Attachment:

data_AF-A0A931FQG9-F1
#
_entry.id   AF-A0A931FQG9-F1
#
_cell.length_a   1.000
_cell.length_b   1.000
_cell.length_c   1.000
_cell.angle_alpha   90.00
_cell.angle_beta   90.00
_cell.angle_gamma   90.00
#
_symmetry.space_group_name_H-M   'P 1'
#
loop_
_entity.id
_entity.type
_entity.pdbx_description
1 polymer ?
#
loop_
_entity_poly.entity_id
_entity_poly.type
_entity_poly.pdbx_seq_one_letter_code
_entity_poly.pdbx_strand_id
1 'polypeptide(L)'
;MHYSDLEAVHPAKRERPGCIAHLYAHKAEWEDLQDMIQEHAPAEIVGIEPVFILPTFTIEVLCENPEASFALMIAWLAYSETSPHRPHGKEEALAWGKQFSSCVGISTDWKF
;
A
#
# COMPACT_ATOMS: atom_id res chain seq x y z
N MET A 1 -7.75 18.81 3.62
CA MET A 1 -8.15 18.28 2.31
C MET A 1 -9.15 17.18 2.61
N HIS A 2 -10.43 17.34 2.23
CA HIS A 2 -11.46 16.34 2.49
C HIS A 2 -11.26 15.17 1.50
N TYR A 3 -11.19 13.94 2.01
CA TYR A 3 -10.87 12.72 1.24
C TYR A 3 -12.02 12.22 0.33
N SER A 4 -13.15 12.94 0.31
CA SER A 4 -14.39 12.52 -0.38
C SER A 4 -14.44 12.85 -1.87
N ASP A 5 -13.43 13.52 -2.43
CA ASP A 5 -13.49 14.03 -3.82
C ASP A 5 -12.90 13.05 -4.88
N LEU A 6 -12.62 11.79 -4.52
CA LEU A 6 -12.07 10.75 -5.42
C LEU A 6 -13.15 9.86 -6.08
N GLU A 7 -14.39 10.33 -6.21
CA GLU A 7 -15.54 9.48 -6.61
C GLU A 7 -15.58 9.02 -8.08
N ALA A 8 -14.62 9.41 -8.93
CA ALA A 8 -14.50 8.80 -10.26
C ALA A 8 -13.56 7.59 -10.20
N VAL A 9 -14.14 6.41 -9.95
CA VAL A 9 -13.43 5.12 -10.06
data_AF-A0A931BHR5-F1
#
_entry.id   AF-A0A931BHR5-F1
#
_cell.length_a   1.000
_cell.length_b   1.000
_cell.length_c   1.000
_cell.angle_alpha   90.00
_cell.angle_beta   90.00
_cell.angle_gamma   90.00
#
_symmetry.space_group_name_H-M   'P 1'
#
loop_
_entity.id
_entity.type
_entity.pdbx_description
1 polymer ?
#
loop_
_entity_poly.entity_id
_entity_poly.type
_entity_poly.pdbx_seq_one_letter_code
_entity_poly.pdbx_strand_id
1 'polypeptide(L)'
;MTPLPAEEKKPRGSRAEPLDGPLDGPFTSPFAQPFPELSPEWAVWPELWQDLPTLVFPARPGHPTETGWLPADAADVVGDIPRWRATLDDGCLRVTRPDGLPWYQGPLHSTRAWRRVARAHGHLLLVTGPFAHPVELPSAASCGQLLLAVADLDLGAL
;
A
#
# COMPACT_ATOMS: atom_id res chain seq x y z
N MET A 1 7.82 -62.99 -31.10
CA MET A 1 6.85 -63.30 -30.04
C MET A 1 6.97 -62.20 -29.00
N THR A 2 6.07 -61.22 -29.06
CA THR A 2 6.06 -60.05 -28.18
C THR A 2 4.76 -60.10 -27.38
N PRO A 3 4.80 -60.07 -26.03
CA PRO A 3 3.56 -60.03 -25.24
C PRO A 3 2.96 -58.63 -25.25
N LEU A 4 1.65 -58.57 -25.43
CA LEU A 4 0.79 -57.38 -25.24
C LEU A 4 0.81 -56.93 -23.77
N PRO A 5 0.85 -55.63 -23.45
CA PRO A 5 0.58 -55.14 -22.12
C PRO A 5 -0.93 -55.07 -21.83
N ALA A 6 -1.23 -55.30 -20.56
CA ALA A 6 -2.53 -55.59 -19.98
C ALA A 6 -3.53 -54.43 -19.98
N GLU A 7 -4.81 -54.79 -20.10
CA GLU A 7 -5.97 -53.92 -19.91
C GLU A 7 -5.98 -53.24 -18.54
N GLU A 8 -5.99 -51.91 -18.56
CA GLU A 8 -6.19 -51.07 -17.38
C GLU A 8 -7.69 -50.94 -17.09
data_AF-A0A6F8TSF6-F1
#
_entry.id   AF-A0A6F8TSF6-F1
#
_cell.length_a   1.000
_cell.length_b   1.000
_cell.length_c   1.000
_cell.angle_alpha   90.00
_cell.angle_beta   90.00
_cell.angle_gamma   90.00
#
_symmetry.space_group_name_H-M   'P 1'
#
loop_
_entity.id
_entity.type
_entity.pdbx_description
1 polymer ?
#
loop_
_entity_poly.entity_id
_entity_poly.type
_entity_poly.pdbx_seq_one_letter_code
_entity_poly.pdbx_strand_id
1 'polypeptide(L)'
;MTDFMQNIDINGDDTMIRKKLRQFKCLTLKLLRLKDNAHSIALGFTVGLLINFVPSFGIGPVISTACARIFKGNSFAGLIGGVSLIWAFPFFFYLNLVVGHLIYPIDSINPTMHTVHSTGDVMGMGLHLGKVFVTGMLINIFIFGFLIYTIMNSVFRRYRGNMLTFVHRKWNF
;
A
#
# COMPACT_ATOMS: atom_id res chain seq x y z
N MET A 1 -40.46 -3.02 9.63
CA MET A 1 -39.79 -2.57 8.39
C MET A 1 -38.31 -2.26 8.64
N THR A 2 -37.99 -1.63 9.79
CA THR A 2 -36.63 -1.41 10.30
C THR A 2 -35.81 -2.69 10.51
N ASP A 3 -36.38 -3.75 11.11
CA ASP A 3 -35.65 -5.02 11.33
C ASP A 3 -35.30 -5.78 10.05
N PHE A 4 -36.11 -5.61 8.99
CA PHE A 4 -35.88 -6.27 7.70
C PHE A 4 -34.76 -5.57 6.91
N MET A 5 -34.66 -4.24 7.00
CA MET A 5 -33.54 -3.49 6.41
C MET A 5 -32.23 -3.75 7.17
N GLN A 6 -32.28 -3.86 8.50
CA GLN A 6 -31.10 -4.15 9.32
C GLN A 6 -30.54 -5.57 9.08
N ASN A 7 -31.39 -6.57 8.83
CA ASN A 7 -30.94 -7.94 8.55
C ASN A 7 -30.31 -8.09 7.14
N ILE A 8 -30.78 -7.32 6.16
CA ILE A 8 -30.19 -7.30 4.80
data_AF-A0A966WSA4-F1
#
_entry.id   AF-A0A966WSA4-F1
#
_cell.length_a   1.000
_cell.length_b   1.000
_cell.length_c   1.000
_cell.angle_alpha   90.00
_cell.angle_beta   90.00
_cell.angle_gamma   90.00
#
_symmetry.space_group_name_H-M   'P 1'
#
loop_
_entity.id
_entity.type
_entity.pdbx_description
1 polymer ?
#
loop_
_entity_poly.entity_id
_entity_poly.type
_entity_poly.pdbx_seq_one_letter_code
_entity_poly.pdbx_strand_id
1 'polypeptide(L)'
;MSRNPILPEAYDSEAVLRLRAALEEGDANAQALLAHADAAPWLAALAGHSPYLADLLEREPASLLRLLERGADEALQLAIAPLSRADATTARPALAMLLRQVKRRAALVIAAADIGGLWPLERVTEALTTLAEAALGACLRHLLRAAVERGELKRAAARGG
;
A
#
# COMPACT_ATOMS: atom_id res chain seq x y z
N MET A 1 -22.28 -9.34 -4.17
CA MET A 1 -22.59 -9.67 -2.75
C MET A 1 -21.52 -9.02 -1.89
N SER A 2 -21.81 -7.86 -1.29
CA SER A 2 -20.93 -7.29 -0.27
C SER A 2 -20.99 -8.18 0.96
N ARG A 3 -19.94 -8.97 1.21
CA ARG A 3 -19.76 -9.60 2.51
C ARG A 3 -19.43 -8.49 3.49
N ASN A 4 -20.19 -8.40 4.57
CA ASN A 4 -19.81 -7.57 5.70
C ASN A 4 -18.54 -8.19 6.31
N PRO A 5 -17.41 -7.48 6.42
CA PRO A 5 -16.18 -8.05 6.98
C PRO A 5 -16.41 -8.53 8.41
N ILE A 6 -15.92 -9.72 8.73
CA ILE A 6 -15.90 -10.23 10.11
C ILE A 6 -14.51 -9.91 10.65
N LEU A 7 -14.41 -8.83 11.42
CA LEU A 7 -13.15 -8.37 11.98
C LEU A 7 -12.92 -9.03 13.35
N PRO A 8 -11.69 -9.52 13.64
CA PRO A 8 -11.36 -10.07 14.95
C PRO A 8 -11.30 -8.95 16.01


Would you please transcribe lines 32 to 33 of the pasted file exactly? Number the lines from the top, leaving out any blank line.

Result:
CA MET A 1 -8.15 18.28 2.31
C MET A 1 -9.15 17.18 2.61